August 20, 2013

Stop-and-frisk = controlling minorities

Ever since George Zimmerman profiled Trayvon Martin as a hoodie-wearing black criminal, racial profiling has been in the news. A prime example of this is New York City's controversial stop-and-frisk policy. Here a columnist tells us what stop-and-frisk is really about.

Memo to police: No, you’re not making us feel safe!

Racial profiling and stop-and-frisk are meant to make black and brown people feel safe? Here's what it really does

By Brittney Cooper
As depicted in “Fruitvale Station,” Grant was a 22-year-old unarmed man, murdered by a police officer in Oakland in 2008. The officer, who served two years in jail for Grant’s murder, claimed to be reaching for his taser instead of his gun. There is a scene near the end of the movie–it’s not a spoiler, because we all know the end at the beginning–where the police confront Oscar and his friends. The officers yell at the young men, demand their silence, resist having their actions questioned and insist upon their right to detain these people simply for asking clarity on why they are being detained.

This weekend, “The Butler,” a film about race and the American presidency, made a splash at the box office. But in Silver Spring, Md., moviegoers in this largely African-American suburb were subjected to watching the movie at a Regal Cinema with armed police officers present. I went to see the movie over the weekend where I live, and nothing about it says public safety hazard. Those police were not there to protect or to serve. They were there to maintain order, because apparently middle-class African-American moviegoers are always out of order and cannot be trusted to watch a film about race without misbehaving.

We should be outraged when citizens are profiled, intimidated and treated in this manner. But we have come to believe this is how things have to be.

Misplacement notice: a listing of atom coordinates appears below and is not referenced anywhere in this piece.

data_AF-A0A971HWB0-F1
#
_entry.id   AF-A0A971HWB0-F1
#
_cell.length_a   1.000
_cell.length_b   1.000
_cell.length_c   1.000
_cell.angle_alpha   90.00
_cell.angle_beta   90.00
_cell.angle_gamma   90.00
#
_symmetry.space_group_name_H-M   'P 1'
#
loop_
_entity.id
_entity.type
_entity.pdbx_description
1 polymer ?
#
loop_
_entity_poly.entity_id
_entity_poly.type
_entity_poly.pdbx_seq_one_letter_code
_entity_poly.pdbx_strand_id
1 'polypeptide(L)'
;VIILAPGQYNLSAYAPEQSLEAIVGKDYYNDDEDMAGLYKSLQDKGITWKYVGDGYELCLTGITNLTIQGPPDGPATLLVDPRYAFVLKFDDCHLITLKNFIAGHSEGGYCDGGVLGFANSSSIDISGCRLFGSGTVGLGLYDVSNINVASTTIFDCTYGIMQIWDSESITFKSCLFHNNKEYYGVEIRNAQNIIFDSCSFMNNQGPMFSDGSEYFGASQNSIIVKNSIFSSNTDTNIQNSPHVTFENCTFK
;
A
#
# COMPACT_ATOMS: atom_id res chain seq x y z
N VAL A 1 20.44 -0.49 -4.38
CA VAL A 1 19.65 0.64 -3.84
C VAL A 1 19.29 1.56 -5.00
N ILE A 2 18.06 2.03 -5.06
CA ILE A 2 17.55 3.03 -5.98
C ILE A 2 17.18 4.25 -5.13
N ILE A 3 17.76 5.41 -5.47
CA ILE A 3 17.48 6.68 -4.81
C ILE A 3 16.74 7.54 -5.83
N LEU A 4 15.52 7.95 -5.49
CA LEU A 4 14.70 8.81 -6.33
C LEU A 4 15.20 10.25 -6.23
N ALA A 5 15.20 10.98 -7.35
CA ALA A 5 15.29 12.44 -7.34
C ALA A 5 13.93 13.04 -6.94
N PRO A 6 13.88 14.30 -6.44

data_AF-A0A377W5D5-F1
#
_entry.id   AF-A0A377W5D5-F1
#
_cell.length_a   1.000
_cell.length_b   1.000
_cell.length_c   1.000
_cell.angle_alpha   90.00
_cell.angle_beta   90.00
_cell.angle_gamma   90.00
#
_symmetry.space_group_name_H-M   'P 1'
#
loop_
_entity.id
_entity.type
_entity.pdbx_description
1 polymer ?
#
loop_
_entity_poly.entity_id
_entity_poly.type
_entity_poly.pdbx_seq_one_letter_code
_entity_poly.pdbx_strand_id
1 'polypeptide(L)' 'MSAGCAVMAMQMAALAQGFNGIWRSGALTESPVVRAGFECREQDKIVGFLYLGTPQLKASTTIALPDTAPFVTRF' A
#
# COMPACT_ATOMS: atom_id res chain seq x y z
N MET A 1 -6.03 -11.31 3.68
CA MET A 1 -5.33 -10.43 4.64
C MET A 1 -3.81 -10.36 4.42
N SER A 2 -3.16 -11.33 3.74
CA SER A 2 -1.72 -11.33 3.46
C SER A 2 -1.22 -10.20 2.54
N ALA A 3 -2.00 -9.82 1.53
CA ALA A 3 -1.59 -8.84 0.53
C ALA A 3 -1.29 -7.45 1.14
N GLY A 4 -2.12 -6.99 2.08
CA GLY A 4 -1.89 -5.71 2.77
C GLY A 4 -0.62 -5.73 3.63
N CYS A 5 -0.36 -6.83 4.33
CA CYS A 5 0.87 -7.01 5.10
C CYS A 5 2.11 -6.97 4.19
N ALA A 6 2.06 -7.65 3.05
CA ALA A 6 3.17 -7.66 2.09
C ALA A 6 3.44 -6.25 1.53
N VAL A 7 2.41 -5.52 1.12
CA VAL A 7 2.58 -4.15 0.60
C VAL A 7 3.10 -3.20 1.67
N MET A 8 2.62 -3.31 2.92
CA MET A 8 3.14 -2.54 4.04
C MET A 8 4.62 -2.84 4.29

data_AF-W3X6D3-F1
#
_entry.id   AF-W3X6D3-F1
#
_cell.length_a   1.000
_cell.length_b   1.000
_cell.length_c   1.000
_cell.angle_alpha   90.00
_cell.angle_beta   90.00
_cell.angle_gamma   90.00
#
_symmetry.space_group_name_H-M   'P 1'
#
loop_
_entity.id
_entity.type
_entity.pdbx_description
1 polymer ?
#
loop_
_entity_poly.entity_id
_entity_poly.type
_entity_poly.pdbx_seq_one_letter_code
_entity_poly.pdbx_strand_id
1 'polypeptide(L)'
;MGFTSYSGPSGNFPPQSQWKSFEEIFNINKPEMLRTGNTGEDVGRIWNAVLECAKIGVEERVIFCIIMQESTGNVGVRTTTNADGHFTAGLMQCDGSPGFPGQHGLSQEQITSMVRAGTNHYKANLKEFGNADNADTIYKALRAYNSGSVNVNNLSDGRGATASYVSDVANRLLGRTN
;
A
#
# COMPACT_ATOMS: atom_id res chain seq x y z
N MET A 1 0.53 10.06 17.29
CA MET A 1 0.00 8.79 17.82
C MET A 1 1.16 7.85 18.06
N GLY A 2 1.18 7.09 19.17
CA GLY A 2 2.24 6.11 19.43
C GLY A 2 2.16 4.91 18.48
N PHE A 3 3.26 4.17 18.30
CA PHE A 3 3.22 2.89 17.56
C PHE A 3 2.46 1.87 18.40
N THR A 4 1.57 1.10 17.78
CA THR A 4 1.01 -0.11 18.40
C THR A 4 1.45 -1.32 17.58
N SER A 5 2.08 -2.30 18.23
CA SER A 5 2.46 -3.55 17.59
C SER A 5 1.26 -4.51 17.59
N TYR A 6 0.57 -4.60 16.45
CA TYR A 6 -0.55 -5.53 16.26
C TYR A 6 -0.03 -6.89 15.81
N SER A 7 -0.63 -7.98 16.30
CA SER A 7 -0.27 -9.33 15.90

America is a culture of law and order junkies. Myself included. I am personally addicted to the show “Law & Order,” although just about any crime procedural will do, and it seems there is a “Law & Order” rerun or marathon playing at any hour of the day. I’ve even taken a gander at “Law & Order: UK.” I love watching because at the most basic level, the good guys win and the bad guys get what’s coming to them. But somehow, I know our national, almost pornographic obsession with these shows, both scripted and reality-based versions, feeds an unhealthy narrative that there is someone there, lurking in the shadows ready to do us harm. We believe this, even though violent crime started falling in the early 1990s, long before Bill Clinton and the GOP-led Congress engineered the makings of the Prison Industrial Complex.

These shows about the ever-present threat of violent crime have helped to feed a culture of fear. White people fear black and brown people. The police, no matter their color, treat us as a credible threat not only to white people, but to them, and to each other. Therefore, black and brown people fear the police. These fears are only exacerbated by neoliberal economic policies, a shrinking middle class, declining global reverence for American imperialism, and the global policing of brown people through the Obama administration’s use of drone warfare. These shows point us away from this broader set of logic and make us believe that we are in a simple cops-and-robbers fantasy. Every time we see the bad guys go down, we believe a little more in upholding the law and miss the ways that this has become about maintaining order.

The obsession with order is precisely why Mayor Bloomberg and police commissioner Ray Kelly can almost explicitly advocate for racial profiling in the use of stop-and-frisk, predominantly toward black and brown men. Black and brown people moving freely through public space upsets the order of things. Profiling them is viewed as a necessary evil that leads to the greater good of safety for all some. The same logic is used to profile Muslim Americans. Even though such practices are unconstitutional, they are indebted to this insidious logic of order, one in which criminals constitute a permanent underclass, and everyone needs to know and stay in their place. And of course, race determines place.
Comment:  For more on the subject, see Tim Wise on Trayvon Martin and Bigots Protest Brown-Skins on 9/11.

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